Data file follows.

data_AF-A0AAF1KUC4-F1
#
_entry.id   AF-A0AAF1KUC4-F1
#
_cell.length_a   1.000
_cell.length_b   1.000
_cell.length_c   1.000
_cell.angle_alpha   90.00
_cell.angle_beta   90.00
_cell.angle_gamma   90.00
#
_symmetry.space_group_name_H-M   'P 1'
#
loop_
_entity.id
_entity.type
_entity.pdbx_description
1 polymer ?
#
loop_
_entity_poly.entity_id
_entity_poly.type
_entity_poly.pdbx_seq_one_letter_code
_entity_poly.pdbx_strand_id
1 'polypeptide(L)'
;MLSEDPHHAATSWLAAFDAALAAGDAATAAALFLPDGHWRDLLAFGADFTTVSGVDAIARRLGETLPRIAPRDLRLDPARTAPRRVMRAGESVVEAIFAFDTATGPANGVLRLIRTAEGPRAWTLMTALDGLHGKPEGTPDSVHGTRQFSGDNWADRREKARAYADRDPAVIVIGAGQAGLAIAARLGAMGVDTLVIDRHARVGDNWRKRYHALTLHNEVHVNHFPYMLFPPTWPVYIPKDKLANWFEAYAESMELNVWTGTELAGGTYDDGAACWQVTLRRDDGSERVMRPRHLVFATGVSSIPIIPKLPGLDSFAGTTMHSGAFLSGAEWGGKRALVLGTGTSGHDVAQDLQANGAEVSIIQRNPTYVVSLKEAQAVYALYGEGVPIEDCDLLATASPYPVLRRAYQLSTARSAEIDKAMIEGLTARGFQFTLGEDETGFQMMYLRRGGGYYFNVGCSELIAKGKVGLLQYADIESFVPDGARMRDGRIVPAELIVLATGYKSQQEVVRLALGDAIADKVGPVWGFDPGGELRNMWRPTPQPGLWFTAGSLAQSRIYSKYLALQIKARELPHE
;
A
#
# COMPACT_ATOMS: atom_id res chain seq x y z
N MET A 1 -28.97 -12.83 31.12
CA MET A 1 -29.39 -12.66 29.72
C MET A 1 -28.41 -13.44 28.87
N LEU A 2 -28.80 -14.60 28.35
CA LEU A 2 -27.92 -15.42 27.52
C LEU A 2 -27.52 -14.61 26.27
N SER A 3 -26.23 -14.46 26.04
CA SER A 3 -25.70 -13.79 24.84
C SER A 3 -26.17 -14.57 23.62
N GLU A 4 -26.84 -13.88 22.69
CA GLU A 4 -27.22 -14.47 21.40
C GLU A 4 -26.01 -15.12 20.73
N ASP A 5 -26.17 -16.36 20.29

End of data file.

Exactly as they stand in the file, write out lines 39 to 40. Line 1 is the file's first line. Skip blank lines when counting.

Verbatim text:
C SER A 3 -26.17 -14.57 23.62
N GLU A 4 -26.84 -13.88 22.69